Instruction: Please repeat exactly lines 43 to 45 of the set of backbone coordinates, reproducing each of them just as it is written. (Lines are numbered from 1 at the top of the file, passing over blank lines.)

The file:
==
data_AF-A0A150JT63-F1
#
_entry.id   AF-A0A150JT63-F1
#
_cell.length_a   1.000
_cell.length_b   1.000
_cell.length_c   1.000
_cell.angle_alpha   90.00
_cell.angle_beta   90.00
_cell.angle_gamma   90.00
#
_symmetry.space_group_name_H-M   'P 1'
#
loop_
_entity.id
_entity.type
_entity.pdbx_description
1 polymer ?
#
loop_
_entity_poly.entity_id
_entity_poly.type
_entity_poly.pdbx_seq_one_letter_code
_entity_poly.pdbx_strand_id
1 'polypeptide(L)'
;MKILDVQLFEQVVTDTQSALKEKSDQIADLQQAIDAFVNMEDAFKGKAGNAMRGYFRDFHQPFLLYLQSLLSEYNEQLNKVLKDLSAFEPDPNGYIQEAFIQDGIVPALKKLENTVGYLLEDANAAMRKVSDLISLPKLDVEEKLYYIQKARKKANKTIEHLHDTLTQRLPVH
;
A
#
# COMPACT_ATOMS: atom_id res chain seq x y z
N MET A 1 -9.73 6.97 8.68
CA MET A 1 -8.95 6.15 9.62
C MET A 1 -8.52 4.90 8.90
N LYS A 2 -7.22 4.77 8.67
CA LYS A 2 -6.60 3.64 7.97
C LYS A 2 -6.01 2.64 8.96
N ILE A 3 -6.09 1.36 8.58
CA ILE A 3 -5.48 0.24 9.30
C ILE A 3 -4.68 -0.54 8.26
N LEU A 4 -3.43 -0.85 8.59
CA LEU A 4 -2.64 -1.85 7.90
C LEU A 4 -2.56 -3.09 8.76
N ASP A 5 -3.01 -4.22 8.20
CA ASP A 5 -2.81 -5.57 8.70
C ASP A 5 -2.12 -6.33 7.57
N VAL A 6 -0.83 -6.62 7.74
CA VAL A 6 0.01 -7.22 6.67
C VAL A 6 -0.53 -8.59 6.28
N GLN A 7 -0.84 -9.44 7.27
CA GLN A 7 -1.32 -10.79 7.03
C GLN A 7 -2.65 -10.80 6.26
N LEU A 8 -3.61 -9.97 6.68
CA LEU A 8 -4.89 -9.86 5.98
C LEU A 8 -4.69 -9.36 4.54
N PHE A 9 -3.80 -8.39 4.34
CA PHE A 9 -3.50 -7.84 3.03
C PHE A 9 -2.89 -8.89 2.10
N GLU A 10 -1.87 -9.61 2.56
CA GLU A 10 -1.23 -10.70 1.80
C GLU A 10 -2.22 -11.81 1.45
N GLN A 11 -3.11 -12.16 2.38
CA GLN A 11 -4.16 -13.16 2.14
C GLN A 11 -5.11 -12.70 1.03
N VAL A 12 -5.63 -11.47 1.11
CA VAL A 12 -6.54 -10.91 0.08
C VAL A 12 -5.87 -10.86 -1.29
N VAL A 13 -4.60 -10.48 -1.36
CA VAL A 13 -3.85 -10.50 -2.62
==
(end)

N ASP A 5 -3.01 -4.22 8.20
CA ASP A 5 -2.81 -5.57 8.70
C ASP A 5 -2.12 -6.33 7.57